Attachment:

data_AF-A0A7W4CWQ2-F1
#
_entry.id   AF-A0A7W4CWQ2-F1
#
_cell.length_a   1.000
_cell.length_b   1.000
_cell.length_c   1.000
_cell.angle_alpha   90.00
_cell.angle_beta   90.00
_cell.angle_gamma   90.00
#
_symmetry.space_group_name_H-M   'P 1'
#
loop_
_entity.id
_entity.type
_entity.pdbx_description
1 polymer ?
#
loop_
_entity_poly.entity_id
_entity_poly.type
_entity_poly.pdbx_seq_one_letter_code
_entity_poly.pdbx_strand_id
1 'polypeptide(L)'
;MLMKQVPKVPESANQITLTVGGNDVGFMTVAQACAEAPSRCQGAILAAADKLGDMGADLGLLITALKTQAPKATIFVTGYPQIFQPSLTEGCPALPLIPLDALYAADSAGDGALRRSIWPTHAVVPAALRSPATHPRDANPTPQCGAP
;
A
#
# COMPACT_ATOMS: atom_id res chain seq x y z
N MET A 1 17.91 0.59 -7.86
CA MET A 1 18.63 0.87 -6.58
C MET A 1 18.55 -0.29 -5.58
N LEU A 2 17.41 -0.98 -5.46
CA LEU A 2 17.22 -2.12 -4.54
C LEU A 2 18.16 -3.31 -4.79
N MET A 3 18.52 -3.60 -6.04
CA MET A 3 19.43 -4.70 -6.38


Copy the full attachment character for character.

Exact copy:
data_AF-A0A7W4CWQ2-F1
#
_entry.id   AF-A0A7W4CWQ2-F1
#
_cell.length_a   1.000
_cell.length_b   1.000
_cell.length_c   1.000
_cell.angle_alpha   90.00
_cell.angle_beta   90.00
_cell.angle_gamma   90.00
#
_symmetry.space_group_name_H-M   'P 1'
#
loop_
_entity.id
_entity.type
_entity.pdbx_description
1 polymer ?
#
loop_
_entity_poly.entity_id
_entity_poly.type
_entity_poly.pdbx_seq_one_letter_code
_entity_poly.pdbx_strand_id
1 'polypeptide(L)'
;MLMKQVPKVPESANQITLTVGGNDVGFMTVAQACAEAPSRCQGAILAAADKLGDMGADLGLLITALKTQAPKATIFVTGYPQIFQPSLTEGCPALPLIPLDALYAADSAGDGALRRSIWPTHAVVPAALRSPATHPRDANPTPQCGAP
;
A
#
# COMPACT_ATOMS: atom_id res chain seq x y z
N MET A 1 17.91 0.59 -7.86
CA MET A 1 18.63 0.87 -6.58
C MET A 1 18.55 -0.29 -5.58
N LEU A 2 17.41 -0.98 -5.46
CA LEU A 2 17.22 -2.12 -4.54
C LEU A 2 18.16 -3.31 -4.79
N MET A 3 18.52 -3.60 -6.04
CA MET A 3 19.43 -4.70 -6.38